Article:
The right-wing extremist “people's teacher” Nikolai Nerling was guilty of sedition in the concentration camp memorial.
This was determined by the Munich II Regional Court on late Friday evening after an almost grotesque hearing at the end and thus confirmed the verdict passed against Nerling a year ago in Dachau.
Munich / Dachau
Munich / Dachau
- Anyone who has ever seen the Dachau magistrate Lukas Neubeck knows: This man is neither influenced by public opinion, nor is he afraid of criticism of his judgments.
But that is exactly what the Berlin lawyer Martin Geisler assumed on Friday in the Munich district court.
The proceedings in Dachau for sedition and trespassing, in which his client von Neubeck was found guilty in both cases and sentenced to a fine of 10,800 euros, “had nothing to do with a proper court hearing”.
Neubeck was under such great public pressure "in the small town of Dachau" that he couldn't help but condemn Nerling.
"What would Mr. Neubeck have expected if he had acquitted Mr. Nerling in Dachau?" Asked Geisler - and gave the answer himself: "The man would have been ostracized in Dachau!"
Geisler's colleague Andreas Wölfel, who had already represented the cameraman Nikolai Nerlings in Dachau and now again, before the regional court, against whose conviction for aiding and abetting sedition and trespassing, went even further.
"Conciliation justice" is not only practiced in Dachau, but also in Munich.
The regional court was exposed to such “public expectations that had nothing else in mind than the conviction of my client”.
Even before the verdict by the presiding judge at the regional court, Johannes Feneberg, Wölfel announced that he and Geisler would move on, before the higher regional court and, if necessary, before the federal court.
The speaker and the pupil remember well
Feneberg, however, was not upset by this rhetoric.
Fairly and patiently, he once again heard all the witnesses to the incident that occurred on February 4, 2019 at the concentration camp memorial.
The most important role was played by the memorial site advisor, whom Nerling had noticed and recognized at the time and who had then called for help in the administration building.
The speaker withstood the questions of the defense attorneys, even if they were struggling to pronounce their Slovak surname fundamentally wrong: This is how they called the witness, who is actually called Gruberova, “Grubinova”, “Grubanova” or “Gubinova”.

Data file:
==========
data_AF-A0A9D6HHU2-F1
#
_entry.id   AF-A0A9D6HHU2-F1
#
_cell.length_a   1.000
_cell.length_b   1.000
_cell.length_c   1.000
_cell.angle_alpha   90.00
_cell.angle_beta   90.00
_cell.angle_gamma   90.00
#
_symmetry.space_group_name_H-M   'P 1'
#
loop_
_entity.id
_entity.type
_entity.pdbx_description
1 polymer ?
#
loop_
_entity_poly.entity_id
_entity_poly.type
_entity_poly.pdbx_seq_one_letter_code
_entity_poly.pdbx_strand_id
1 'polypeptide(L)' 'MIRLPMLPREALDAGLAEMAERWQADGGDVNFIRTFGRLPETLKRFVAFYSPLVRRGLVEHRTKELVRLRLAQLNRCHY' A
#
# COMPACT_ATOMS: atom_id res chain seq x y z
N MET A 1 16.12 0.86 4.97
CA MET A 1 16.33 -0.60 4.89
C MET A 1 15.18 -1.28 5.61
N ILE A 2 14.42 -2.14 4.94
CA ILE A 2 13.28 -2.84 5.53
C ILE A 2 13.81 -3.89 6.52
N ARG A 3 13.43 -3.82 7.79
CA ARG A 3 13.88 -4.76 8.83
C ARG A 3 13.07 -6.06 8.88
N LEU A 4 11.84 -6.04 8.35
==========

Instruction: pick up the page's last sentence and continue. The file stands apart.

Other key witnesses: the group of schoolchildren who were supposed to be led across the former concentration camp grounds by the advisor that day: They all remembered how Nerling warned them not to believe everything that was told to him there.
The questions from the defense lawyers, for example whether they had been incited against Mr. Nerling by the speaker afterwards, left the young people cool with nothing.
No, so the replies, they were not influenced by anyone.
A 16-year-old put it in a nutshell: At this point, she interpreted Nerling's warning not to believe everything that was told to her "of course as a denial of the Holocaust, even if the word Holocaust was not mentioned".
The prosecutor was really enthusiastic about this 16-year-old: She was “an incredibly clever girl”, in whom the “ideological character” assumed by the defense was absolutely “not evident”.
In any case, the case is not about "conviction justice": Nerling and his cameraman committed trespassing while filming their "Against the Guilt Cult" video, "moved towards an unprotected group of students" and played down and denied the Holocaust in a symbolic place.
In doing so, they did not “gush something on the Internet after the 37th Halben Oettinger”, but went to Dachau specifically and tried to spread “a dripping poison” there, which in the end “harms our whole society”.
Preventing this is a "raison d'etat" in Bavaria!
Nerling reports of a difficult childhood
Nerling and his cameraman saw it differently - and gave almost grotesque closing remarks on Friday evening at an advanced hour.
The cameraman said, tearfully, that he had turned away from the right-wing scene and Nerling and that he would actually much rather shoot videos about art or architecture.
Nerling reported on his difficult childhood, in which his "anti-fascist" father prevented him from growing up "free and happy" without guilt.
He closed his lament with the assertion that he only wanted to talk to the young people and challenge them to think critically.
Then he performed Theodor Storm's Christmas poem “Knecht Ruprecht”.
Judge Feneberg and his two lay judges seemed unimpressed.
Nerling's sentence that the children should not believe everything they are told at the memorial is clearly sedition.
For this, the 40-year-old has to pay a fine of 6000 euros.
On the other hand, the Feneberg court acquitted of the accusation of trespassing: The Dachau police had apparently lost the memorial's complaint, so in fact Nerling had not been reported for it.
The complaint against the cameraman was filed properly, which is why he is now supposed to pay a fine of 1500 euros for it.
Unlike Neubeck, however, Feneberg did not see the aid to incitement to hatred as proven.